By Daumantas Dvilinskas, CEO and co-founder of TransferGo
We live in a highly strung geo-political climate. Over the last decade, we’ve seen a gradual move away from a policy of globalisation as various corners of the world instead opt for stronger borders and isolationist rhetoric. So much so, that regulation reversing global integration is currently manifesting and setting a new political agenda.
However, amidst this change, there is an interesting dichotomy that is unfolding. As physical borders look to once again be drawn firmly in the sand, virtual borders – such as those used in financial services – are expanding and becoming ever more inclusive. The world of international remittances, for instance, is now worth $550bn to low- and middle-income countries, and the WorldBank only expects this growth to continue. This trend is reflective of the role of fintech in navigating geo-political tensions to provide a service that connects us all, no matter which physical borders separate us.
Democratising financial access
For too long, financial services has not worked for hard-working migrants. They have been victimised by an outdated system that benefits local communities as opposed to those who maintain a need for global connections. Traditionally, migrant communities have been stung by predatory fees, inefficient processes and unfair foreign exchange margins when making international money transfers. Remittances are a vehicle for international development, effectively lifting people out of poverty by funding education, healthcare, housing and business investments. They empower families to explore new opportunities abroad, learn new skills and seek out better career prospects.
Yet, the existing model can penalise this movement of workers by charging unfair fees. The World Bank estimates the global average cost of sending US$200 at around 7 percent – or US$14. However, traditional incumbents have been charging anywhere between 11 and 29 percent of the transfer value, and few can settle those transfers in anywhere near what consumers should accept.
Thankfully, this is a system that no longer needs abiding by. It’s a model that is synonymous with the same attitudes ascreating physical borders and preventing free movement. Instead, fintechs have created an alternative; borderless financial services that create access for migrants the world over.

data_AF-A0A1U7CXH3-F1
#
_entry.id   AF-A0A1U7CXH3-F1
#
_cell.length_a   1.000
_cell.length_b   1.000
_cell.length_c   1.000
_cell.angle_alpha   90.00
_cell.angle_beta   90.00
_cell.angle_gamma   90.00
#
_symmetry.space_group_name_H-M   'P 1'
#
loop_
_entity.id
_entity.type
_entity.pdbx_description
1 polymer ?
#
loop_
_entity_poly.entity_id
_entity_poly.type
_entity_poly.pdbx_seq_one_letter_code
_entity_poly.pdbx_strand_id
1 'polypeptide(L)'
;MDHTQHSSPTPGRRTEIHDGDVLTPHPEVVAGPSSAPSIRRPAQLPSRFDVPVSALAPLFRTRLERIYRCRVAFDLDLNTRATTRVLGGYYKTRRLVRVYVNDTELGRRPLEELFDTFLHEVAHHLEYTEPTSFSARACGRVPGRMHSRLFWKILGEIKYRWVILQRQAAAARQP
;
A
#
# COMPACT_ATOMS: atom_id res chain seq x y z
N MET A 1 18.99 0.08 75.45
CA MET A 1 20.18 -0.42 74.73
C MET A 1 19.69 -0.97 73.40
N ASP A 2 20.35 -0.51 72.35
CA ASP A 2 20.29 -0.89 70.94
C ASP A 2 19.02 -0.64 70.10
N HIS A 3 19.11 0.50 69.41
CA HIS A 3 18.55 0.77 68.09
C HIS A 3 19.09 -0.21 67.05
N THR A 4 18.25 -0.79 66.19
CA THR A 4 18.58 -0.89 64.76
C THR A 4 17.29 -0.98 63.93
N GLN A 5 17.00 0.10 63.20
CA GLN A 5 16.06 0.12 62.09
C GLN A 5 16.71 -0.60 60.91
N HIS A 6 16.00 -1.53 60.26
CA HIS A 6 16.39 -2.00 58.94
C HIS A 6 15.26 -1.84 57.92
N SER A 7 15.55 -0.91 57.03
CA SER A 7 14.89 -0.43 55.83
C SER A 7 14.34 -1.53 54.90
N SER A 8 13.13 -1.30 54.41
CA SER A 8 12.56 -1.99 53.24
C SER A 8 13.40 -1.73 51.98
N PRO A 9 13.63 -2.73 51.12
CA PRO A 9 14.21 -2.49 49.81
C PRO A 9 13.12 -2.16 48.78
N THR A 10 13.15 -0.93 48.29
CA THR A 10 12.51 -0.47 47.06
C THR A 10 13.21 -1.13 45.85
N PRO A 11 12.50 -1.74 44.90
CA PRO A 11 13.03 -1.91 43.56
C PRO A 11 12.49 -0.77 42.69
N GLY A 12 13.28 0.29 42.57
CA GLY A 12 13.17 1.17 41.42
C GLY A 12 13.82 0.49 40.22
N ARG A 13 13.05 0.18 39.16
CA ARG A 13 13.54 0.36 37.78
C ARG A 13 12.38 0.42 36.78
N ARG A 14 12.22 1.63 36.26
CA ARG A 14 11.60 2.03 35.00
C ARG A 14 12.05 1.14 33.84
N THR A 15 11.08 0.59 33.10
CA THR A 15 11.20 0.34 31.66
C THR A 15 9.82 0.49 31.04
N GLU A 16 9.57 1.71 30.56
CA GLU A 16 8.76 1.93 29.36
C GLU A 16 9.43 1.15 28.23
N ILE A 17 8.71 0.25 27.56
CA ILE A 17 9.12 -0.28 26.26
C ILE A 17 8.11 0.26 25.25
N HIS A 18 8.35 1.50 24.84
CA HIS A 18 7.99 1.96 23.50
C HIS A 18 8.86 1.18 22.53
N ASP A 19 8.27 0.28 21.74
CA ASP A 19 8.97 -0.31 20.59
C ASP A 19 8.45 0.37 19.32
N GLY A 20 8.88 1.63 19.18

Leading by example
Across Europe, there are start-up hubs that are leading the charge in breaking down these obstacles, and creating virtual, permeable borders. One fintech strain that is pioneering change is digital money transfer services. These facilitate the flow of money across borders without unfair fees and hidden exchange rate mark-ups, empowering migrant communities by giving them total control over the movement of their money. At TransferGo, for instance, we partnered with blockchain remittance service Ripple to change the landscape of outbound money transfers by giving consumers faster, more secure and straightforward options through the latest technology.
As well as empowering consumers, a separate cohort of fintechs that specialise in payments are creating open, financial borders for businesses of all sizes. Companies like Stripe are unlocking the global opportunity for online businesses, allowing them to accept payments in foreign currencies, scale into new markets, and tap the growing global e-commerce market. Similarly, point of sale (POS) merchant platforms like Adyen are enabling businesses to accept online, mobile and POS payments and access a global customer base.
Therefore, while geo-political trends may be leading to the affirmation of physical borders and a move away from globalisation, fintech is playing an evergreen role in connecting international communities regardless. The incumbent money transfer system is outdated and detrimental to migrants, but innovative start-ups across Europe are helping to provide borderless remittances and offer an inclusive alternative.